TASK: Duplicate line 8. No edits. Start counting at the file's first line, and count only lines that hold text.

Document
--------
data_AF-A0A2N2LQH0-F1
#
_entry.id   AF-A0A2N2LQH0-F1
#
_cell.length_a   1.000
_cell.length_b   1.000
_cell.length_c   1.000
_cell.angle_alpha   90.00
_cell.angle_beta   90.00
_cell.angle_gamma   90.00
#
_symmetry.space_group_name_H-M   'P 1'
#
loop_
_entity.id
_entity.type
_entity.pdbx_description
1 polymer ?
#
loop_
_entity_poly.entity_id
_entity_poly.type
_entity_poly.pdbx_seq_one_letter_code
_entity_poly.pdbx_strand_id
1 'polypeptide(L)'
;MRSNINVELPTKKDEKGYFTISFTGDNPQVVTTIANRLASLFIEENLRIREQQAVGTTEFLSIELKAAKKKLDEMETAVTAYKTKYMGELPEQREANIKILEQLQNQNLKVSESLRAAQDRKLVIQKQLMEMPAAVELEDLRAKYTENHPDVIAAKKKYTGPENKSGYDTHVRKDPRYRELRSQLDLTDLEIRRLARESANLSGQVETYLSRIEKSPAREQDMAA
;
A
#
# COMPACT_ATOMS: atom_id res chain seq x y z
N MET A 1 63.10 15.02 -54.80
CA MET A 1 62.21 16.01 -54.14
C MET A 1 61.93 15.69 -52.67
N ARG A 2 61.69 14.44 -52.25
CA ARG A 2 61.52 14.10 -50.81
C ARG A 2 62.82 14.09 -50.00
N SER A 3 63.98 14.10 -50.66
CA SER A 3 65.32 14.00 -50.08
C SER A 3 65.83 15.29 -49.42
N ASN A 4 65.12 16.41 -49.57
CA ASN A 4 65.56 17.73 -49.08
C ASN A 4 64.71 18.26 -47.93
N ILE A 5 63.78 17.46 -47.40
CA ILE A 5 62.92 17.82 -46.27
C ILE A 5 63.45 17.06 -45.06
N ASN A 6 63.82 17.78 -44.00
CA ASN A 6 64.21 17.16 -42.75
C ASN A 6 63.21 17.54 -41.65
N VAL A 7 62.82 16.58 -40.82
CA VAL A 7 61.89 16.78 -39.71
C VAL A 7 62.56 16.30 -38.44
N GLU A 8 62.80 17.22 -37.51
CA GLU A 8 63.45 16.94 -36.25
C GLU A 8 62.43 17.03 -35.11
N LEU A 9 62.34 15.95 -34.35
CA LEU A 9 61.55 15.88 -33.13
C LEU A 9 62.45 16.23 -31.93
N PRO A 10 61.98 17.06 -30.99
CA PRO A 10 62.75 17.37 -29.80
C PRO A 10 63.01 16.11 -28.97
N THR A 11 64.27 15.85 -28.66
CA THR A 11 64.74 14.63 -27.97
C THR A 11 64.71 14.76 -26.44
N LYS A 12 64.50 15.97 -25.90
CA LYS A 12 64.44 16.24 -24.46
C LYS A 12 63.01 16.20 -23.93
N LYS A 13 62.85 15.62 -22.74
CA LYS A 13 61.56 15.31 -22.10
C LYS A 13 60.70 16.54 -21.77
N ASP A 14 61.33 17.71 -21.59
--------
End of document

_cell.angle_alpha   90.00